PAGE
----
In March, PEN American Center announced it would confer the 2014 PEN/Barbara Goldsmith Freedom to Write Award on Uyghur writer Ilham Tohti, who was detained in January 2014 and has since been charged with separatism. In an editorial condemning the award, the official Global Times equates Ilham Tohti’s work with recent violent acts, including the car crash near Tiananmen Square and the knife attack in the Kunming train station:
Obviously, the West is trying to pressure the Chinese government once again and offer spiritual support to dissidents. Tohti is a Uyghur, and this identity made him particularly critical of the government’s policy in the northwestern Xinjiang Uyghur Autonomous Region which has experienced a series of violent clashes in recent years.
The trend is spreading out of Xinjiang recently. Terrorists from Xinjiang are to blame for a car crash in Tiananmen last October and a mass stabbing in Kunming in March, resulting in dozens of deaths and injuries.
The Chinese government has attached the highest importance to the stability of Xinjiang. Tohti reportedly has a close relationship with the World Uyghur Congress that instigates the independence of Xinjiang. The website he established in 2006, Uyghur Online, was shut down several times during the July 5 riot in Xinjiang in 2009 because of rumormongering and clamoring for separatist sentiments.
The West’s support for dissidents like Tohti comes at a time when China is at a critical juncture in combating terrorism and boosting national unity. These people share a great number of similarities in values with Western society whose support has become their leverage in challenging Chinese authorities.[Source]
Yet in a lengthy biographical essay written in 2011 and recently translated by China Change, Ilham Tohti explains that he has purposefully limited contact with Western organizations, precisely to avoid such accusations. He also explains his work and his life experiences that compelled him to become an advocate for greater understanding between Hans and Uyghurs:
After the tragedy on July 5, 2009, the world suddenly paid attention to Xinjiang issues. I too attracted widespread attention and was inevitably treated as a political figure. I do not reject any person or group’s interest in Xinjiang issues, but I have always endeavored to avoid being treated as a political symbol in any way, even when it is well intentioned.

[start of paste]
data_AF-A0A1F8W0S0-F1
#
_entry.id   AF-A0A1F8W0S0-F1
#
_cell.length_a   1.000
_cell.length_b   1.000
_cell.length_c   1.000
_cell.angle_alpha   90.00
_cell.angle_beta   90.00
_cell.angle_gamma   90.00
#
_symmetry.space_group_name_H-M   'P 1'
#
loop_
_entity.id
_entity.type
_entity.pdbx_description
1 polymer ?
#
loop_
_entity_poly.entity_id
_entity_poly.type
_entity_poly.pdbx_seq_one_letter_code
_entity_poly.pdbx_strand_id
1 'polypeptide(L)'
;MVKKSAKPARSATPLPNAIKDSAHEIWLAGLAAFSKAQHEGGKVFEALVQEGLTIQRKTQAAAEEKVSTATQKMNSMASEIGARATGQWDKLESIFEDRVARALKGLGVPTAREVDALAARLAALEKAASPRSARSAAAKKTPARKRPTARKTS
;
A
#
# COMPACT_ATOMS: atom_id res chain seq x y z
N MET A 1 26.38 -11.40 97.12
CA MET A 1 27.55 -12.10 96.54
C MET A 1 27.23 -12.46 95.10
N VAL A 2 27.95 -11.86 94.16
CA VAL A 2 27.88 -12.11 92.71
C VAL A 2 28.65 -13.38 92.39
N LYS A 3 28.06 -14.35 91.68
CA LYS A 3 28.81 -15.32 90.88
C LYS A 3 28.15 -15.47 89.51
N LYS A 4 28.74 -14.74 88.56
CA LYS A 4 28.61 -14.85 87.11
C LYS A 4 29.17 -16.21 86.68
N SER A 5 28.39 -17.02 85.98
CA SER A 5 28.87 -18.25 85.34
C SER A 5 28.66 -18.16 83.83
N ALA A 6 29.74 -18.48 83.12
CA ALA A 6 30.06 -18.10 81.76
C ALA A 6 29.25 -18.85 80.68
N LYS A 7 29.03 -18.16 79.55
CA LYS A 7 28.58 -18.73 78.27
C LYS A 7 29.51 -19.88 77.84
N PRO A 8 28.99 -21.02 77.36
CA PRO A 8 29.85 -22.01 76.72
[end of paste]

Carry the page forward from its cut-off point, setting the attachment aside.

It is my belief that I will not be doing a service to my ethnic group and my country unless I remain a scholar—a ‘clean’one at that —and use my free time to help others and serve the public interest.
Precisely because of this strong belief, since July 5th, 2009 I have doggedly refused to take a single cent from foreign organizations, whether diplomatic entities or NGOs, when I encountered financial difficulties resulting from external pressure. Even during business dealings, I was unwilling to make any money through foreign connections. I could have sat at home and made money from my political and economic contacts in Central Asia, Europe, and America. If I were a Han, maybe I could have profited this way, but as someone who has been under suspicion, I have to maintain even stricter standards for myself, bearing more pressure and facing more trials than Han intellectuals could possibly imagine.
Because of the sensitive nature of ethnic issues, for a long time there has existed not only social divisions between Han and Uighur people, but also a lack of regular communication between Han and Uighur intellectuals. This division, as well as mutual suspicions, have worsened the ethnic situation. Yet, amazingly, there have been almost no public discussions about it, and the atmosphere around it is both plain strange and also terrifying. [Source]
Ilham Tohti’s daughter, Jewher Ilham, who is currently in the U.S., will testify about his case at a Congressional-Executive Commission on China hearing in Washington next week.